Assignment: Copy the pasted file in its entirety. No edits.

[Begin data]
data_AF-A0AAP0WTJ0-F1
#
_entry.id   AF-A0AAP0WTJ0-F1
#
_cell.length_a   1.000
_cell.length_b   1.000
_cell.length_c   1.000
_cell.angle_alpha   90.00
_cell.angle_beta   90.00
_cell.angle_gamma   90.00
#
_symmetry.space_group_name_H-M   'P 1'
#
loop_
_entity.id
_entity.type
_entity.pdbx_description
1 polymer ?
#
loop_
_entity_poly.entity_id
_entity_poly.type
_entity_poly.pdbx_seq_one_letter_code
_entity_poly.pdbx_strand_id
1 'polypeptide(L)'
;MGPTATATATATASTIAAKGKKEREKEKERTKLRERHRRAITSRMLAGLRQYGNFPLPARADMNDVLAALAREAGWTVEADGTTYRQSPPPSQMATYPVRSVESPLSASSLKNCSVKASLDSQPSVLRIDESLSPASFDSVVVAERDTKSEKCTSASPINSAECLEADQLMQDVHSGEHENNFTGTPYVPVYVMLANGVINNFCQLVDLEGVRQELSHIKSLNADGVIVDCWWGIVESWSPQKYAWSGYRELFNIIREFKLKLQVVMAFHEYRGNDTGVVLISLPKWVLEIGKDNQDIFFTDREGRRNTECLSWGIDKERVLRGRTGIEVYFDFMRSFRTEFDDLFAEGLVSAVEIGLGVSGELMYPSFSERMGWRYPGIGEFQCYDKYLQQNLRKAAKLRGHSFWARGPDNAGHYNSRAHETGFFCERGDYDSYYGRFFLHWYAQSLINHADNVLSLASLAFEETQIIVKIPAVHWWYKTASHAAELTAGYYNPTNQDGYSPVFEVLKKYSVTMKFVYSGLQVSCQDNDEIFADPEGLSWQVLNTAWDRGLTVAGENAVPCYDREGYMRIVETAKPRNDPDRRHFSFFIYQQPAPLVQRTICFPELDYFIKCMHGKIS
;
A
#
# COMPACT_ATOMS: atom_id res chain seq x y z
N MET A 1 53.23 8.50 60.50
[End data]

data_AF-A0AAP0WTJ0-F1
#
_entry.id   AF-A0AAP0WTJ0-F1
#
_cell.length_a   1.000
_cell.length_b   1.000
_cell.length_c   1.000
_cell.angle_alpha   90.00
_cell.angle_beta   90.00
_cell.angle_gamma   90.00
#
_symmetry.space_group_name_H-M   'P 1'
#
loop_
_entity.id
_entity.type
_entity.pdbx_description
1 polymer ?
#
loop_
_entity_poly.entity_id
_entity_poly.type
_entity_poly.pdbx_seq_one_letter_code
_entity_poly.pdbx_strand_id
1 'polypeptide(L)'
;MGPTATATATATASTIAAKGKKEREKEKERTKLRERHRRAITSRMLAGLRQYGNFPLPARADMNDVLAALAREAGWTVEADGTTYRQSPPPSQMATYPVRSVESPLSASSLKNCSVKASLDSQPSVLRIDESLSPASFDSVVVAERDTKSEKCTSASPINSAECLEADQLMQDVHSGEHENNFTGTPYVPVYVMLANGVINNFCQLVDLEGVRQELSHIKSLNADGVIVDCWWGIVESWSPQKYAWSGYRELFNIIREFKLKLQVVMAFHEYRGNDTGVVLISLPKWVLEIGKDNQDIFFTDREGRRNTECLSWGIDKERVLRGRTGIEVYFDFMRSFRTEFDDLFAEGLVSAVEIGLGVSGELMYPSFSERMGWRYPGIGEFQCYDKYLQQNLRKAAKLRGHSFWARGPDNAGHYNSRAHETGFFCERGDYDSYYGRFFLHWYAQSLINHADNVLSLASLAFEETQIIVKIPAVHWWYKTASHAAELTAGYYNPTNQDGYSPVFEVLKKYSVTMKFVYSGLQVSCQDNDEIFADPEGLSWQVLNTAWDRGLTVAGENAVPCYDREGYMRIVETAKPRNDPDRRHFSFFIYQQPAPLVQRTICFPELDYFIKCMHGKIS
;
A
#
# COMPACT_ATOMS: atom_id res chain seq x y z
N MET A 1 53.23 8.50 60.50